KEITH BROWN believes his horse of a lifetime Top Notch Tonto did not show his true colours when trailing in last to French champion Solow in Ascot’s Queen Elizabeth II Stakes.
However, he confirmed that the Brian Ellison-trained five-year-old will round off the 2015 campaign in a Listed race at Newmarket on Saturday week before stepping up in trip next year.
Second in the 2013 QEII Stakes before being unplaced last year, Swanland-based Brown believes the hold-up tactics did not play to the strengths of the bay gelding who has become one of the most popular horses on the Flat because his colour almost matches his brown silks.
“The horse ran very well, and was only beaten four and three-quarter lengths,” the ever enthusiastic owner told The Yorkshire Post. “He came out of the stalls, the jockey (Silvestre de Sousa) took a pull and stayed there. It was a bit of a non-event. Gabrial came third for Richard Fahey – all credit to them – but we have raced that horse three times and beaten it three times.”
One of those occasions came in the Ian and Kate Hall Macmillan Ganton Stakes in June when the horse surged to victory on the back of the vociferous cheers of a partisan crowd on the Knavesmire.
“The field came back to us, but he changed gear and exploded away. It was very special,” added Brown, who grew up on Hull’s Hessle Road. “You should have seen all the spectators wanting photographs, and our autographs, at Ascot. That was very special. He has hundreds and hundreds of fans, it’s non-stop. People follow him everywhere.
“It’s a dream. I’ve been in racing for 40 years. I’m not pleading poverty but it is a privilege to be competing in the races that we are competing. He’s five and I think the horse is just coming into his prime.
“After a tough race, you take him back to his box, he eats his nuts, lies downs and goes to sleep. I’m still hoping that he can perform at a decent level for several seasons.”
Already the winner of nearly £450,000 from 36 starts, and having cost just four figures as a yearling, Brown believes the horse’s maturity means that he can step up in trip from a mile to a mile and a half.
“Brian is keen to take him to Dubai in March. He’s quite exposed over a mile, but if we can get him up to a mile and a half, there rare a lot more opportunities.”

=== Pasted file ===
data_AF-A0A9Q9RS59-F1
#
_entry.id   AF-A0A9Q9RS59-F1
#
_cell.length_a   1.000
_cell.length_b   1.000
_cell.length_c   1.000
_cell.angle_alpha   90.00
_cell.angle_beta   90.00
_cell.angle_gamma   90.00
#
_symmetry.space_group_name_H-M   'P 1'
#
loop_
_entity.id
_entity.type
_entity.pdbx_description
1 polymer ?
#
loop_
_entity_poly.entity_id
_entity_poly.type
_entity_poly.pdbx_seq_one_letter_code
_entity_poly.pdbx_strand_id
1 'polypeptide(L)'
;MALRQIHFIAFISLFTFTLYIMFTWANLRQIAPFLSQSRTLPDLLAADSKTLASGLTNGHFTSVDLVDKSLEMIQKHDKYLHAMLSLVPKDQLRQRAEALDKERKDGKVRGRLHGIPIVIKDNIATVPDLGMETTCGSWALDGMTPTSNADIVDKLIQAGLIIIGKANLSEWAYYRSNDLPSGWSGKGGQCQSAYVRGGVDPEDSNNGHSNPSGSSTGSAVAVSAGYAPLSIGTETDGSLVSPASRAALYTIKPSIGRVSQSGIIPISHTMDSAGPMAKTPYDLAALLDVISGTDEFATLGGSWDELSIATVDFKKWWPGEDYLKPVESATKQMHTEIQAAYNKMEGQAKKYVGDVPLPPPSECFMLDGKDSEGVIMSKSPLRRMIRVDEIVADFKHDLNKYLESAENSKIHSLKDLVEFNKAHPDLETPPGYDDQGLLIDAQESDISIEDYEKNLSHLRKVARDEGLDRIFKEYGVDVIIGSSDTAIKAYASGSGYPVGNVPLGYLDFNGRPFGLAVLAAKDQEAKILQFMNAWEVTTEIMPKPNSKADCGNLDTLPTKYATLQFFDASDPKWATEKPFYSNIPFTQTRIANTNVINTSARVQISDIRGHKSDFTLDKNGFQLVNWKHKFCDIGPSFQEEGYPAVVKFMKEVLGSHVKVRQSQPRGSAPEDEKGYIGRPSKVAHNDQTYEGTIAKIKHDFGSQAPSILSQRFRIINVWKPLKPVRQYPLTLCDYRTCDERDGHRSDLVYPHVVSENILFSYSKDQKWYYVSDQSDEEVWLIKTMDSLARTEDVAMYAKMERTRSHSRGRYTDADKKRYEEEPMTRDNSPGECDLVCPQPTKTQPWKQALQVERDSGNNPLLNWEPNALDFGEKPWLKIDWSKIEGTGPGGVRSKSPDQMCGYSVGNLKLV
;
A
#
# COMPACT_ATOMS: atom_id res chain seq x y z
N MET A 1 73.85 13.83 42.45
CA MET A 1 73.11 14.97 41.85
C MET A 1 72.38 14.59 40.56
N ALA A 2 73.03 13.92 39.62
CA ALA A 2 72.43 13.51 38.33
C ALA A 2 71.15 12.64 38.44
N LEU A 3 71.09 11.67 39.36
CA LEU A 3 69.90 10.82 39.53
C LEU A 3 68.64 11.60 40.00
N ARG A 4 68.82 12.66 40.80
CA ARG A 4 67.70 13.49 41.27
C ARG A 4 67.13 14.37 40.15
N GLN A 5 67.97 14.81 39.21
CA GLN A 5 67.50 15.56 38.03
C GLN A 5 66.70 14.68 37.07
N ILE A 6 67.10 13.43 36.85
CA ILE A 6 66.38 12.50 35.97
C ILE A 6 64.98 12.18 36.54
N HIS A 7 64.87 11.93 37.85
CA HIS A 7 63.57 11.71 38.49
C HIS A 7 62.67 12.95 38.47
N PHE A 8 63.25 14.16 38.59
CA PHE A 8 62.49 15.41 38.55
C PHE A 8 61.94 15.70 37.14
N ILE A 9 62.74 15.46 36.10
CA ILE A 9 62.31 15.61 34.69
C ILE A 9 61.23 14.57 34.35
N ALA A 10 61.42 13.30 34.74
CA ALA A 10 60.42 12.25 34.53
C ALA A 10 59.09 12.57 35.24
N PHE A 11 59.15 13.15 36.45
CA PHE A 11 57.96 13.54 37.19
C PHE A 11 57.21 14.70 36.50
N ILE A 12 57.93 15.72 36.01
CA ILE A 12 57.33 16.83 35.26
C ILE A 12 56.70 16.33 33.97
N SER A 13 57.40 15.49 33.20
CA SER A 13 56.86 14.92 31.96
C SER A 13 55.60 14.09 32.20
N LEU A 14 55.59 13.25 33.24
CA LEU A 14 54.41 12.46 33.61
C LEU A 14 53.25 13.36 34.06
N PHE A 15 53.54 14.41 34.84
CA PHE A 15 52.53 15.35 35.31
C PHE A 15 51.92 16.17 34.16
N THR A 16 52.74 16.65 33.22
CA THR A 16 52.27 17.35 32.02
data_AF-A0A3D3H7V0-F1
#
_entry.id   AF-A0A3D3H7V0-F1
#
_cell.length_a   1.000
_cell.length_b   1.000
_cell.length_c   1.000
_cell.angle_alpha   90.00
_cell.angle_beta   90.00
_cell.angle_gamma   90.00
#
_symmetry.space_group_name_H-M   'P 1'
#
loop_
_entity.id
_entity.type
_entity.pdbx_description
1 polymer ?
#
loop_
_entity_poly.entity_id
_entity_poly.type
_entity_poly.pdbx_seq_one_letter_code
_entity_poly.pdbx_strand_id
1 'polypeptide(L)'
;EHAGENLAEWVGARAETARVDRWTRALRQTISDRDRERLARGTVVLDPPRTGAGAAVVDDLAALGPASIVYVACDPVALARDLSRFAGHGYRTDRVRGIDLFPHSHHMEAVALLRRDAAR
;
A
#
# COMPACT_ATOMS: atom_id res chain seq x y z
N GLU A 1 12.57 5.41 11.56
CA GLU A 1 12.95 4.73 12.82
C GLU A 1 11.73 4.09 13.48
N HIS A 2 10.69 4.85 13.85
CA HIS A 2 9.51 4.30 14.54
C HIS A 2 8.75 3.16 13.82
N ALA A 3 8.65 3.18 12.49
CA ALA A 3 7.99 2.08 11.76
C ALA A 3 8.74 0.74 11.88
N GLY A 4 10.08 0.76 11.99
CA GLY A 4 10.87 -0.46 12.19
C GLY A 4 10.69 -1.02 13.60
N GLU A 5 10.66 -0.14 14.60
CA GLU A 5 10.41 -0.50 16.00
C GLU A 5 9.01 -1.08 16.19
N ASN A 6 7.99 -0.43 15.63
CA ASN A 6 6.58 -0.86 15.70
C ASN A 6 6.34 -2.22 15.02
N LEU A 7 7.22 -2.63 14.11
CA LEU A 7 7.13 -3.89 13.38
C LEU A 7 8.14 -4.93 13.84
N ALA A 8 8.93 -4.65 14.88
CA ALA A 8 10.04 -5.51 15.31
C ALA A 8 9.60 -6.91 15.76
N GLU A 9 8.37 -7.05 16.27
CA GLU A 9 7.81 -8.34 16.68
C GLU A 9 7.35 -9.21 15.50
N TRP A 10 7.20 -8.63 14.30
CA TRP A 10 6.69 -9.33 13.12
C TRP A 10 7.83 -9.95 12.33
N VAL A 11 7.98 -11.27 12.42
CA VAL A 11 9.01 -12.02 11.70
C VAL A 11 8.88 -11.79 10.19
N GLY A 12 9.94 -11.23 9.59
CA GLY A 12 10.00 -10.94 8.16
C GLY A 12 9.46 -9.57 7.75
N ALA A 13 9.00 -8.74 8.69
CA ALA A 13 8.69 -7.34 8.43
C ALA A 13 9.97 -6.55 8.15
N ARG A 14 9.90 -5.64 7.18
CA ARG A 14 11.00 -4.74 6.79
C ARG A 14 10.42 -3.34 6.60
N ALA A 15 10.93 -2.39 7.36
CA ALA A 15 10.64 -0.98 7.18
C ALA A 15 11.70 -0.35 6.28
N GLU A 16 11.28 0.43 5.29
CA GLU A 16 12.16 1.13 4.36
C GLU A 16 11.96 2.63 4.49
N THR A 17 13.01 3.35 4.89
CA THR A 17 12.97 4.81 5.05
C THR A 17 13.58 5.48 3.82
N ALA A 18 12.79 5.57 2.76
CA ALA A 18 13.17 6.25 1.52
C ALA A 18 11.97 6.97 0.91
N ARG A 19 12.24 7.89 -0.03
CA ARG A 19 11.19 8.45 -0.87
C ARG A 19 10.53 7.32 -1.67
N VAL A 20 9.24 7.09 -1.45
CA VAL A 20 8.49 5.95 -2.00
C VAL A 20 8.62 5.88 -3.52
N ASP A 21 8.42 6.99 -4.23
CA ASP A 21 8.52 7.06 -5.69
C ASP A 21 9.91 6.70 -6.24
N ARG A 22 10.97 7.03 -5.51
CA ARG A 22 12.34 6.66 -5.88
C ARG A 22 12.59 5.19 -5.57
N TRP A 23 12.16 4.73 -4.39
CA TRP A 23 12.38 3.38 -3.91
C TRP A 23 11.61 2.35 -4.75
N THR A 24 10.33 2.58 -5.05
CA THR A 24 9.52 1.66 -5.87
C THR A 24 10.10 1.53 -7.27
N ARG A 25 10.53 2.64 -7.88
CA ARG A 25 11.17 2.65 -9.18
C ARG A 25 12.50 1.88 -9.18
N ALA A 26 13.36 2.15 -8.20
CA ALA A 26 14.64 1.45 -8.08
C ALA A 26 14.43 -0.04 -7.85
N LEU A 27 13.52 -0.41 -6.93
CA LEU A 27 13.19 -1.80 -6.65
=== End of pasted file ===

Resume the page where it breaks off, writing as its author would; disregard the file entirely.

David O’Meara’s Mondialiste has been confirmed for the $2m Breeders’ Cup Mile at Keeneland, Kentucky, on Saturday week.
The Nawton trainer’s first ever runner at America’s flagship meeting, Mondialiste heads to the USA on the back of wins at Pontefract, the Strensall Stakes at York’s Ebor festival and then the Grade One Woodbine Mile Stakes at Toronto last month.
Roger Charlton’s Time test is the only other British representative in the race.
However, Postponed – winner of the Great Voltigeur Stakes at the 2014 Ebor festival before landing this summer’s King George at Ascot – will miss America’s Breeders’ Cup Turf after scoping dirty following a workout yesterday.
Retired Yorkshire jockeys Keith Mercer and Niall Hannity are among the nominees for next month’s JETS awards which honour the memory of rider Richard Davis who was killed in a fall nearly 20 years ago.
The scheme helps provide employment, career and training opportunities for riders when they are no longer competing – Mercer, who won the 2005 Scottish National on Joes Edge, is studying accountancy at Teesside University while Hannity is a Flat agent and Racing UK pundit.
The awards will be presented at Cheltenham on November 15 by the now retired 20-times champion jockey AP McCoy who is in the process of setting up his own mentoring and motivation service for his former weighing room colleagues, and which will be run in conjunction with the Injured Jockeys Fund.
Cheltenham Racecourse has announced that there will be a 40-minute interval between revery race at next year’s National Hunt Festival.
Meanwhile, the new mares’ novice hurdle will be named in honour of the iconic Dawn Run who is still the only horse in history to have won both the Champion Hurdle and Gold Cup.
Her heartstopping win over Monica Dickinson’s gallant Wayward Lad in the 1986 Gold Cup inspired one of the late, great Sir Peter O’Sullevan’s most evocative commentaries.